Tuesday, July 01, 2008

The Death of Blog Comments and the Rise of the Commentosphere (??)

Something strange has been happening in the blogosphere--lots of people have noticed that blog comments aren't as plentiful as they used to be. This lead Robert Scoble to declare blog comments dead and Duncan Riley to say "no they're not, they're just someplace else"....like on Disqus, FriendFeed, etc...

This is something a Aldon Hynes and I recently discussed both online and off--we'd noticed something quite similar...and it's something that other friends have commented on in phone conversations....as in "where have all the bloggers gone?"

So, no longer can we judge a blog by its comments section--because depending on the blogger's involvements, the comments may be aggregating in other places.

8 comments:

Bill Dusty said...

Tish,

True... nearly all the comments to my stuff comes on forums where I post links (masslive, Topix, Google groups).

Mary E.Carey said...

This is fascinating. I haven't made the leap to forums yet myself. Thanks for keeping us posted on trends.

mike of concrete said...

I'm seeing more people leaving their comments on FriendFeed (didn't know about the other site you mentioned). It's an interesting trend because instead of every blog visitor being able to read the comments, only one's friends see them. It's another step in the splintering of things.

A lot of blogs get tons and tons of comments, only a few of which are worthwhile. I wonder if that's what is driving people to comment in more "friend group" places like Twitter and FriendFeed.

Not that you can fit much of a comment into Twitter, restricted to 140 characters to fit into an SMS.

Tish Grier said...

hey Mike...

yeah, if I were to comment via Twitter, I'd be really restricted...

The splintering's annoying but interesting...as someone on a list I'm on pointed out, it seems to her that things like twitter and friendfeed are full of white guys (not a great deal of diversity there) so I sit back and wonder about the level of hype of all that stuff...

which brings up Bill's point--about comments on other forums. He's hyperlocal--and that aspect then splinters the hyperlocal conversation...

Seems like the more tools we hve to communicate out here, there's the possibility that we might be communicating less (or in more of an echo chamber than blogs.)

Tish Grier said...

Mary! thanks for stopping by :-)

Paul Conley said...

Hi Tish,
I may be wrong, but I tend to think that the shift to closed-world comments (Twitter, etc.) is related to the surge in comments last year or so.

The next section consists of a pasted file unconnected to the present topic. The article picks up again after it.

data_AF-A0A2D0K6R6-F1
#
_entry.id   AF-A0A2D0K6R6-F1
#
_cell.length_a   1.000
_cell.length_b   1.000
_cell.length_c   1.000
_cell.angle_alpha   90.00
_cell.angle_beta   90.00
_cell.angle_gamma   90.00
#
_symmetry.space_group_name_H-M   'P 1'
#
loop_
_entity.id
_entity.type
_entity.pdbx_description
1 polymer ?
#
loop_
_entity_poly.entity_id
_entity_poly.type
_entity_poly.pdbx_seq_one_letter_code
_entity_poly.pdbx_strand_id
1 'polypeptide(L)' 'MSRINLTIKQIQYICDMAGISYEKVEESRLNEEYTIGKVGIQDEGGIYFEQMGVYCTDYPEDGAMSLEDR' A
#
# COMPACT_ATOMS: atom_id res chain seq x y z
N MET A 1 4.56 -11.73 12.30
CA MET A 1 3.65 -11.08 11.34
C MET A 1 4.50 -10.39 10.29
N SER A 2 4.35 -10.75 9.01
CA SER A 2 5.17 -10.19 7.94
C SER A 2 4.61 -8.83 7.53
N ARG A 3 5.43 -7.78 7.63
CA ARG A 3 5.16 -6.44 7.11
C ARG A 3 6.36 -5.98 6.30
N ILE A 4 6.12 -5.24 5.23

It seemed to me that back when we all started blogging, the comments tended to be more frequent and more likely to come from people we knew (or would come to know.) But eventually, the comments of nearly ever blog I read became filled with nonsense -- anonymous hate from imbeciles or poor marketing efforts from the "I wrote about the same thing on my blog crowd."
So what happened...at least to me... was that I sort of stopped reading comments on other blogs. Heck, I don't even read comments now on my very favorite blogs. And I don't think I'm alone there.
But what I do tend to read are the "comments" that the people I follow post on Twitter. So I've been able to recreate that community of people whose opinion interests me. The downside, of course, is that I'm less likely to stumble on to someone new and interesting.

Tish Grier said...

Hi Paul...very good points--and I've noticed similar things, like the rise in the level of sycophantic and spam-disguised-as-compliment types of comments on some blogs. It's like the conversation seems to be missing....

And I worry about the kind of closed loop you mention, where we're following only those people we know. If there were concerns about "echo chambers" before, what about now? The landscape is changing for sure.

btw, where are you on Twitter so I can follow?

Shel Horowitz, author, Principled Profit said...

It does mean fewer spams disguised as comments, though it seems I still get a fair amount of those. I have my comments set to moderated so this crap doesn't clutter up--but there are gray areas. I do approve most trackbacks, but I wish they showed up as a different category than comments, because they add nothing to the discourse.

When I get a particularly cogent comment on one of my social media communities, I'll go to my main blog and comment on the comment there, so my blog looks more lively. I'll reference that the comment appeared on Facebook, Plaxo, or wherever. But I get relatively few genuine comments.

Shel Horowitz
Blogging on the intersections of ethics, marketing, media, sustainability, and politics:
http://www.principledprofit.com/good-business-blog/